The FCIC transcript quotes Bernanke on page 28 and 29: “The reason AIG was set up the way it was originally, the financial products division [“Financial products division” was the profit center that sold CDS – FJS], which did the CDS, attached itself precisely because it was a large, highly-rated insurance company with lots of assets. Therefore it could sell CDS without what would otherwise be sufficient capitalization and protections because the counterparties would know that this was a highly rated firm with lots and lots of assets. It was precisely because of that reason when [AIG] financial products [division] had to sell – had to come up with the collateral – and was facing a run on its positions, that the Fed – that there existed the collateral, the assets that the Fed could lend against.” [My italics – FJS]
This is all wrong.
The two dopes, that would be former Fed Chairman Greenspan and Bernanke, have never been cornered by the various Congressional and Senatorial Committees. Retired Congressman Ron Paul was a persistent irritant to the Fed chairmen but he was not a lawyer and not equipped with a good court room attorney’s ability to make mincemeat of a fumbling witness. Starr International Company is represented by David Boies, who, if he is at all worthy of his reputation, will twist Bernanke (presumably, he is also questioning Paulson and Geithner) into a pretzel of incomprehensibility. The favorable disposition of Judge Wheeler is wind at his back. Should Boies need any help in how to question the head of the Fed, please send him this way.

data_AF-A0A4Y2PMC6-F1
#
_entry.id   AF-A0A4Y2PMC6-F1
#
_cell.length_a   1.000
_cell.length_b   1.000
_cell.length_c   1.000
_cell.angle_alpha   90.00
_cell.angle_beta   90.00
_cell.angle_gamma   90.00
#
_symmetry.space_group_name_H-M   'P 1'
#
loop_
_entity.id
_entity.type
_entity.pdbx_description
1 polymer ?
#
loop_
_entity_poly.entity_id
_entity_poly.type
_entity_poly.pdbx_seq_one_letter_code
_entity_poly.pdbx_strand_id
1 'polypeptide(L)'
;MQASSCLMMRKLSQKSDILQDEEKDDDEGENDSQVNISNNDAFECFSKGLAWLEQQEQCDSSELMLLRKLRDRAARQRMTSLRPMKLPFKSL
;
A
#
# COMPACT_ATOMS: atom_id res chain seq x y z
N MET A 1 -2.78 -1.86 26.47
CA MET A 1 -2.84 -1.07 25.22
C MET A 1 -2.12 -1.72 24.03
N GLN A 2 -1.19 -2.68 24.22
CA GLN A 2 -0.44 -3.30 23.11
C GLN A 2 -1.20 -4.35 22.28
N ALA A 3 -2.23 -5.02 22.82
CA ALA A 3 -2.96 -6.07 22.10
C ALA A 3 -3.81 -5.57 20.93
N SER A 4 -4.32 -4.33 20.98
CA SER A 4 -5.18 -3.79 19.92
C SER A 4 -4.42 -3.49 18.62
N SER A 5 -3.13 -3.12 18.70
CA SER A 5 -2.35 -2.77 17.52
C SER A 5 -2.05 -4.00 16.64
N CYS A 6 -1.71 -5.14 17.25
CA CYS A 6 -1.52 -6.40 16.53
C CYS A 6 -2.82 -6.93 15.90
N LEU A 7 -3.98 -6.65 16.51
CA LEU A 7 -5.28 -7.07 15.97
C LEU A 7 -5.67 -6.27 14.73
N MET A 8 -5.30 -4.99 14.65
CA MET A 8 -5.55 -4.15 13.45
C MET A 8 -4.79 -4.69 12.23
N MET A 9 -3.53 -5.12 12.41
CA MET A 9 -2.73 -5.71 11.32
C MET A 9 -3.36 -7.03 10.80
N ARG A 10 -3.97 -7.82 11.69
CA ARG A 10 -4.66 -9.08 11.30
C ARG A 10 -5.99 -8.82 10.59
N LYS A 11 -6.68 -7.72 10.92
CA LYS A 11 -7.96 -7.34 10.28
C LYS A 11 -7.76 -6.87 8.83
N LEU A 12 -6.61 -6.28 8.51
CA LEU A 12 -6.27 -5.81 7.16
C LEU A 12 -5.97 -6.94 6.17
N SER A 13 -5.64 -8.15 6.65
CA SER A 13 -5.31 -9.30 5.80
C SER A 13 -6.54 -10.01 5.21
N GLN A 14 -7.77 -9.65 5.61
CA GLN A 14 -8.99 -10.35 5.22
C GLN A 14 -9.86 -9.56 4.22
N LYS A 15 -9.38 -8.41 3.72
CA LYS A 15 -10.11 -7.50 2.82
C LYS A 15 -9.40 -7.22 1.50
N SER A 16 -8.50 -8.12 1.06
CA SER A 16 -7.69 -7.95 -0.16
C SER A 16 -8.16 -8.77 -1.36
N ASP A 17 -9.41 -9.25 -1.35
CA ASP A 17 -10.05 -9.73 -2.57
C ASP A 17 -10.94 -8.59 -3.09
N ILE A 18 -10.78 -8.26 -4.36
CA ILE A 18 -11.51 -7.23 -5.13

Frederick J. Sheehan is the author of Panderer to Power: The Untold Story of How Alan Greenspan Enriched Wall Street and Left a Legacy of Recession (McGraw-Hill, 2009) and “The Coming Collapse of the Municipal Bond Market” (Aucontrarian.com, 2009)